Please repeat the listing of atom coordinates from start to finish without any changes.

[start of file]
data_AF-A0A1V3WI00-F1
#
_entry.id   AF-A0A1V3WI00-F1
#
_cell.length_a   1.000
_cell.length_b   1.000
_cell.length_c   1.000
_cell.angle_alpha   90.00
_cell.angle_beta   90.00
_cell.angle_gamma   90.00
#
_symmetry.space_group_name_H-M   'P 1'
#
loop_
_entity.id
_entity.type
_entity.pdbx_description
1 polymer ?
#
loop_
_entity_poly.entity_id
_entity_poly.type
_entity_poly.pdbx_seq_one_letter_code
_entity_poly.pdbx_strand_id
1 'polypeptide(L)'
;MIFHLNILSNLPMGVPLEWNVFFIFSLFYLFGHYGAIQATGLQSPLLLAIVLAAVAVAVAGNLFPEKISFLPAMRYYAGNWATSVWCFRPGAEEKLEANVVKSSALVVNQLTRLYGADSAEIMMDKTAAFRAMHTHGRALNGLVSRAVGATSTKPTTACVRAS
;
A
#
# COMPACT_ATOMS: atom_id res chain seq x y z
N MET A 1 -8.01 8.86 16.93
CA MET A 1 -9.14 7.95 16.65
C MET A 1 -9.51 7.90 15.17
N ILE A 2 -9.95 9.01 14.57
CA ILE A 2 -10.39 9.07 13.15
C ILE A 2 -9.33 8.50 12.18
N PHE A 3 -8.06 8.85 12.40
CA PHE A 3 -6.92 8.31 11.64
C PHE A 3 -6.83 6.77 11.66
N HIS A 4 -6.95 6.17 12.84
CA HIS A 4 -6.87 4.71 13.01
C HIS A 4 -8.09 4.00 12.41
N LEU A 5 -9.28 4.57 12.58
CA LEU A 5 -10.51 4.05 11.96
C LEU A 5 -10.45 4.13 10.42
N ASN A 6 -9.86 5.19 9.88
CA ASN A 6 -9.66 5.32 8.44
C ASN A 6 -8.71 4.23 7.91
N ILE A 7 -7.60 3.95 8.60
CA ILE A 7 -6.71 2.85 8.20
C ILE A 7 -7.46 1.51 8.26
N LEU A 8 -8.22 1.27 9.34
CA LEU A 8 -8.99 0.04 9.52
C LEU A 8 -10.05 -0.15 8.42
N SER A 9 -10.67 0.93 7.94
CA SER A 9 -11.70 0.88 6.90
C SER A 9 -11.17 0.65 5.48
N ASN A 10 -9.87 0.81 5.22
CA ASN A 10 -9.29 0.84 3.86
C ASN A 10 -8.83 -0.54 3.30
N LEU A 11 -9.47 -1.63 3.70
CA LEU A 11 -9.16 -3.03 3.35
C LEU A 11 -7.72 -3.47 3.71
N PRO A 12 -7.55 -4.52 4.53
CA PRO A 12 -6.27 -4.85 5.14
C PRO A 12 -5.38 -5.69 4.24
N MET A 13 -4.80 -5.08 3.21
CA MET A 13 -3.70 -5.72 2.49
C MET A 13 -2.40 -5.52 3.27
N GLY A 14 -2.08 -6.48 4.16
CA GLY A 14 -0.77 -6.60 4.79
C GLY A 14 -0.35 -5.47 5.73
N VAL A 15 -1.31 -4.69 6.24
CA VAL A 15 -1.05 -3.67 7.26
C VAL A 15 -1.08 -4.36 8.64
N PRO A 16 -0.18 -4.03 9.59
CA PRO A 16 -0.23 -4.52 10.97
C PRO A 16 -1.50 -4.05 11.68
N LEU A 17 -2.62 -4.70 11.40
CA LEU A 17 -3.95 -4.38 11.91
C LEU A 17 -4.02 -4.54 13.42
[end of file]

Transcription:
data_AF-A0A1V3WI00-F1
#
_entry.id   AF-A0A1V3WI00-F1
#
_cell.length_a   1.000
_cell.length_b   1.000
_cell.length_c   1.000
_cell.angle_alpha   90.00
_cell.angle_beta   90.00
_cell.angle_gamma   90.00
#
_symmetry.space_group_name_H-M   'P 1'
#
loop_
_entity.id
_entity.type
_entity.pdbx_description
1 polymer ?
#
loop_
_entity_poly.entity_id
_entity_poly.type
_entity_poly.pdbx_seq_one_letter_code
_entity_poly.pdbx_strand_id
1 'polypeptide(L)'
;MIFHLNILSNLPMGVPLEWNVFFIFSLFYLFGHYGAIQATGLQSPLLLAIVLAAVAVAVAGNLFPEKISFLPAMRYYAGNWATSVWCFRPGAEEKLEANVVKSSALVVNQLTRLYGADSAEIMMDKTAAFRAMHTHGRALNGLVSRAVGATSTKPTTACVRAS
;
A
#
# COMPACT_ATOMS: atom_id res chain seq x y z
N MET A 1 -8.01 8.86 16.93
CA MET A 1 -9.14 7.95 16.65
C MET A 1 -9.51 7.90 15.17
N ILE A 2 -9.95 9.01 14.57
CA ILE A 2 -10.39 9.07 13.15
C ILE A 2 -9.33 8.50 12.18
N PHE A 3 -8.06 8.85 12.40
CA PHE A 3 -6.92 8.31 11.64
C PHE A 3 -6.83 6.77 11.66
N HIS A 4 -6.95 6.17 12.84
CA HIS A 4 -6.87 4.71 13.01
C HIS A 4 -8.09 4.00 12.41
N LEU A 5 -9.28 4.57 12.58
CA LEU A 5 -10.51 4.05 11.96
C LEU A 5 -10.45 4.13 10.42
N ASN A 6 -9.86 5.19 9.88
CA ASN A 6 -9.66 5.32 8.44
C ASN A 6 -8.71 4.23 7.91
N ILE A 7 -7.60 3.95 8.60
CA ILE A 7 -6.71 2.85 8.20
C ILE A 7 -7.46 1.51 8.26
N LEU A 8 -8.22 1.27 9.34
CA LEU A 8 -8.99 0.04 9.52
C LEU A 8 -10.05 -0.15 8.42
N SER A 9 -10.67 0.93 7.94
CA SER A 9 -11.70 0.88 6.90
C SER A 9 -11.17 0.65 5.48
N ASN A 10 -9.87 0.81 5.22
CA ASN A 10 -9.29 0.84 3.86
C ASN A 10 -8.83 -0.54 3.30
N LEU A 11 -9.47 -1.63 3.70
CA LEU A 11 -9.16 -3.03 3.35
C LEU A 11 -7.72 -3.47 3.71
N PRO A 12 -7.55 -4.52 4.53
CA PRO A 12 -6.27 -4.85 5.14
C PRO A 12 -5.38 -5.69 4.24
N MET A 13 -4.80 -5.08 3.21
CA MET A 13 -3.70 -5.72 2.49
C MET A 13 -2.40 -5.52 3.27
N GLY A 14 -2.08 -6.48 4.16
CA GLY A 14 -0.77 -6.60 4.79
C GLY A 14 -0.35 -5.47 5.73
N VAL A 15 -1.31 -4.69 6.24
CA VAL A 15 -1.05 -3.67 7.26
C VAL A 15 -1.08 -4.36 8.64
N PRO A 16 -0.18 -4.03 9.59
CA PRO A 16 -0.23 -4.52 10.97
C PRO A 16 -1.50 -4.05 11.68
N LEU A 17 -2.62 -4.70 11.40
CA LEU A 17 -3.95 -4.38 11.91
C LEU A 17 -4.02 -4.54 13.42